All was right with the world. In the playoffs against the same Philadelphia team, Ryan Miller found his form in two dominant performances, but also struggled in a few games. But with Pegula in place as the owner, there was much confidence that things could only get better. A decade earlier, Dominik Hasek watched as the Sabres traded a young forward named Grosek for the gritty veteran leadership of Doug Gilmour and a slick-wristed sniper named J.P. Dumont -- two pieces acquired to help push the Sabres and their prolific goaltender over the final hump to a Stanley Cup victory. Pegula, Regier, and company set out to provide the same assets for their newer netminder.
They returned with Christian Ehrhoff: One of the most dominant coast-to-coast offensive-defenseman in the world, Robyn Regehr: a thick-bodied heavy hitter known for punishing opposing teams forwards, and Ville Leino: the Game 6 foil against the Sabres in the 2011 playoffs who was coming off the best offensive year of his career.
Then came Lucic and the revitalized spring for Miller and the fading, poor performances in the home stretch.
And so we are now back, essentially, where we began: not really sure what the future holds for the goaltender out of Michigan State.
Can Ryan Miller return to being one of the best goaltenders in the world? Yes. He most definitely can. During his 2012 spring stretch in which he helped collect points in 18 of 19 performances and allowed 3-or-more goals during only a small handful of games in that time, I was reminded of something by a colleague, who noted that: "Ryan Miller is making people forget this team can't score."
Over his career, Miller has had the amazing ability to do that time and again -- to make people forget, that is. That's a gift not a lot of goaltenders have, to do it over and over, to play so well in stretches that it can hide the other shortcomings of a team.
Is Ryan Miller one of the best goaltenders in the world currently? No. He most definitely is not. Unfortunately, Ryan Miller has not done that enough -- not justified the title with wins or performance, nor met the standard of play one might accept as reasonable for a playoff contender. He has been just about average; forced there through some combination of awesome and awful. Miller's outspokenness during times of poor play has done him no benefits, either. His sometimes ornery attitude in the locker room, particularly prodding questions about his fatigue or his feelings on certain organizational decisions have led to some fodder for the local media outlets. Round and round we go, and the road is rocky and tiring.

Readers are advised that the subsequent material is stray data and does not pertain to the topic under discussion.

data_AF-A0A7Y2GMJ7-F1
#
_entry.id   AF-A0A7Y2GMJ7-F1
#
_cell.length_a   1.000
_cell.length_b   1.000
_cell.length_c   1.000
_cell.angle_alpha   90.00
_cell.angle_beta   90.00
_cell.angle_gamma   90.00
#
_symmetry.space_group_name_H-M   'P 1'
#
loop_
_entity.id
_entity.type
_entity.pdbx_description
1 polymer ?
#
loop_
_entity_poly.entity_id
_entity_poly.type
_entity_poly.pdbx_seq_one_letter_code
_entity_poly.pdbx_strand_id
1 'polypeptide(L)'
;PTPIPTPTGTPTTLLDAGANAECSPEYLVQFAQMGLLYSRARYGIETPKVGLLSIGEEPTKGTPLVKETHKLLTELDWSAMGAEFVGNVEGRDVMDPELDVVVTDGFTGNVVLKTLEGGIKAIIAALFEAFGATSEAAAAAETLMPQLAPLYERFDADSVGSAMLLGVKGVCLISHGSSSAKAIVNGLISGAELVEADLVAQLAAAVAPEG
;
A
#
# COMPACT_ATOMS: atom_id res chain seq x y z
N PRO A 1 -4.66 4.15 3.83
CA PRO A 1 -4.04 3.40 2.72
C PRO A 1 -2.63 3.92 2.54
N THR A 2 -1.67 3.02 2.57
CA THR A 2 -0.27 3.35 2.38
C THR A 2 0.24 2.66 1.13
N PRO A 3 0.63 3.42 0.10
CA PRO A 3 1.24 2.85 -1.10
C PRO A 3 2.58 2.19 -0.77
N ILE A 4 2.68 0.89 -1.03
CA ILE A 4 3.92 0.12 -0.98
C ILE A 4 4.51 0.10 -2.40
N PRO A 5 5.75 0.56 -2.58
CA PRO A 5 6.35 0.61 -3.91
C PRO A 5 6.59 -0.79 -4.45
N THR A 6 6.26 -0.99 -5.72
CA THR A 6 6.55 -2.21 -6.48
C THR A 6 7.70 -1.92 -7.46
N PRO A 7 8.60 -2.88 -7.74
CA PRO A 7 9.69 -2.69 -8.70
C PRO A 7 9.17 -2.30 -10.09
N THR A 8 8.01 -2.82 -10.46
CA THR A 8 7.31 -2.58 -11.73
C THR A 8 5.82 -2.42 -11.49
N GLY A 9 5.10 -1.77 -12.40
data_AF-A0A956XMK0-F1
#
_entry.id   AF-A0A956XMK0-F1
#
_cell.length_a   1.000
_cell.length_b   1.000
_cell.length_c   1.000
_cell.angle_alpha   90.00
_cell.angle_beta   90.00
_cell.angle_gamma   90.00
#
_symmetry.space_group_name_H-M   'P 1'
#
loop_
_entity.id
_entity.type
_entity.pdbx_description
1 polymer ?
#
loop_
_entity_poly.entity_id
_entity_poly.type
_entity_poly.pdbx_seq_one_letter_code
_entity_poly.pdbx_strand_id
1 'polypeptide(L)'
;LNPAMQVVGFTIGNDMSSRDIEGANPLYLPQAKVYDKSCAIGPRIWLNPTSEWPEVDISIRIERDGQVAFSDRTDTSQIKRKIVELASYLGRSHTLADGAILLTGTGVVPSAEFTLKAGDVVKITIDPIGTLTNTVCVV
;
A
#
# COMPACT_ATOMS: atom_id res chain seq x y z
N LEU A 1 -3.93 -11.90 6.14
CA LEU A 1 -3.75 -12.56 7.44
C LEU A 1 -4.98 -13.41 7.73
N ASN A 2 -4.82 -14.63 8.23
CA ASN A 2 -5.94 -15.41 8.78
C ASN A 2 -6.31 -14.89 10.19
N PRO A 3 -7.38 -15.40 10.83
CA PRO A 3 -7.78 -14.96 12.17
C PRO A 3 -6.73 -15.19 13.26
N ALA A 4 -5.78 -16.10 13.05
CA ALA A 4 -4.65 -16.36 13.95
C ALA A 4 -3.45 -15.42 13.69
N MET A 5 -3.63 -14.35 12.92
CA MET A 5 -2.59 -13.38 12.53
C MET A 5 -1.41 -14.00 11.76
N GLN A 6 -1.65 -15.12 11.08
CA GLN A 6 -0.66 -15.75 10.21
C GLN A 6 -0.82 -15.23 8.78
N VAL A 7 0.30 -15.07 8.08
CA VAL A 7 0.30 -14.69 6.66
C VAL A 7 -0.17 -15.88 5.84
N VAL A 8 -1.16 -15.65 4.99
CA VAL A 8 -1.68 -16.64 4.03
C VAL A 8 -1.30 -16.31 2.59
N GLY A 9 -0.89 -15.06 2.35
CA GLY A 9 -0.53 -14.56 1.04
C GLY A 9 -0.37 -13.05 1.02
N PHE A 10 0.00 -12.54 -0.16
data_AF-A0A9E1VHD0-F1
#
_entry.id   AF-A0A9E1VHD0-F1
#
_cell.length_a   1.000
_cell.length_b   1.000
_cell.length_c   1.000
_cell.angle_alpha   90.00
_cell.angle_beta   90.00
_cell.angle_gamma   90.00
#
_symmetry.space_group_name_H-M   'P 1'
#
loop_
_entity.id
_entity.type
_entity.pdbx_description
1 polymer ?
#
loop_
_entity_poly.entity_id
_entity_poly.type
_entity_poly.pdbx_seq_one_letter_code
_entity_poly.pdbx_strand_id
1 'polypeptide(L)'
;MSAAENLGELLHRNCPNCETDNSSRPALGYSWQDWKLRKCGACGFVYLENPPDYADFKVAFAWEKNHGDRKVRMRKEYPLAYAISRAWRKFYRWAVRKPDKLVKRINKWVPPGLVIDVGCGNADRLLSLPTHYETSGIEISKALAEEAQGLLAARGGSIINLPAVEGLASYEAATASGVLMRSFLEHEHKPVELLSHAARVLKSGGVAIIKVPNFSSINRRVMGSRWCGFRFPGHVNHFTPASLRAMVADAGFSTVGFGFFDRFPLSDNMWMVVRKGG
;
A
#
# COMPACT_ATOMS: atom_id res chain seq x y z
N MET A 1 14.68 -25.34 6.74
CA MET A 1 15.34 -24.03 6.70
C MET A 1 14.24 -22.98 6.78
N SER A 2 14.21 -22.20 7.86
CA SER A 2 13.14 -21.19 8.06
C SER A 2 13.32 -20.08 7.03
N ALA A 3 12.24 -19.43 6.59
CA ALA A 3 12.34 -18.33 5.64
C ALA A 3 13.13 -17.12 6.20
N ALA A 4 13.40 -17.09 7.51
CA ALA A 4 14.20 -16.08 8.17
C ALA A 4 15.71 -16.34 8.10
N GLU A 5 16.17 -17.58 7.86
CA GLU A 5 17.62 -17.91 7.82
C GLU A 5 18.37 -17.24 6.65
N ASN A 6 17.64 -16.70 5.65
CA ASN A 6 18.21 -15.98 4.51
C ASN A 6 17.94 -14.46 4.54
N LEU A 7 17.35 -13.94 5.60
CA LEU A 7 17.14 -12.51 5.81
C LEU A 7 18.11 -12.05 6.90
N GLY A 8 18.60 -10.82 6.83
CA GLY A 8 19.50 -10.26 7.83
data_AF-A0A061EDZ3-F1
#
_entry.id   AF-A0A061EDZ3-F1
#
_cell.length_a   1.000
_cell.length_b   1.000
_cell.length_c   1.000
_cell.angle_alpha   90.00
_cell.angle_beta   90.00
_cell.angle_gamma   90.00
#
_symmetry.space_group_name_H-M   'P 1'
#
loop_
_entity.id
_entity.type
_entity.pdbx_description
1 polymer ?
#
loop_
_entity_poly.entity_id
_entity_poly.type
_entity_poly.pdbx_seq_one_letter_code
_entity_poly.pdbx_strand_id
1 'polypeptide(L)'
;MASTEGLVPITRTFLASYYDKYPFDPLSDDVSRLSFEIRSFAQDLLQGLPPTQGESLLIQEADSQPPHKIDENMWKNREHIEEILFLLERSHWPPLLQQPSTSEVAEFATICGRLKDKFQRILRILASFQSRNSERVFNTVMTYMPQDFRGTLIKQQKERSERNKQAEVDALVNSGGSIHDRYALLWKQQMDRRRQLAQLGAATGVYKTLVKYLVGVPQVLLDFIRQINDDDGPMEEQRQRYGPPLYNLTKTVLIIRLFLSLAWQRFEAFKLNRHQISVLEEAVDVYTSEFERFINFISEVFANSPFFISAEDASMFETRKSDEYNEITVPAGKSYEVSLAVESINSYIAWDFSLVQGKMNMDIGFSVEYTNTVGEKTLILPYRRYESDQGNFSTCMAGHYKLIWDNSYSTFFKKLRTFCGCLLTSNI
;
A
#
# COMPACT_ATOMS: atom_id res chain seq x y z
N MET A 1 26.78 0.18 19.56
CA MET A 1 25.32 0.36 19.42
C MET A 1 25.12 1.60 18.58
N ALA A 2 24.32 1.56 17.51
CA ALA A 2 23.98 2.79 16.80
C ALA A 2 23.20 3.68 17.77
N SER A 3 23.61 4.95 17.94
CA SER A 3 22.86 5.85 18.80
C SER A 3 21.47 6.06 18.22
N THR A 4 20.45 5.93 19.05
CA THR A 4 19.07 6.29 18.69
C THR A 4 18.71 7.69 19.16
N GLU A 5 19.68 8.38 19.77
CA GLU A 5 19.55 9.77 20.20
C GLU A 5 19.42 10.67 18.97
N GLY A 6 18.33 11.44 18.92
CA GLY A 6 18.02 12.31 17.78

In the end, the future of Ryan Miller will mean far more to how we judge him as a Sabre than his past. At this point, though, he is beyond the realm of excuse or justification. There are no more reasons. There is no more time. If he fails now, for whatever the reason is, it is a fully owned failure; whole, complete. No matter the body of excuses, it reaches a point where the staleness of the exercise prohibits one from faith in going forward. The Sabres have reached this fork in the road with Ryan Miller, whose 2012-13 season will be the most important he will ever have for the organization and for himself.
Eleven years ago, a hockey team shipped a man named Dominik Hasek off to the Michigan to play there. He was still very good, perhaps great. Some loved him and others were ready for a change. No one was confident about the future. Another goalie was playing in Michigan at the time, wearing Spartan green. Eleven years later, here we are again. More questions. More unknowns.
The end is the beginning. The beginning is the end.
Matthew Stewart is a freelance writer living in Austin, Texas. Follow him on twitter: @matthew1stewart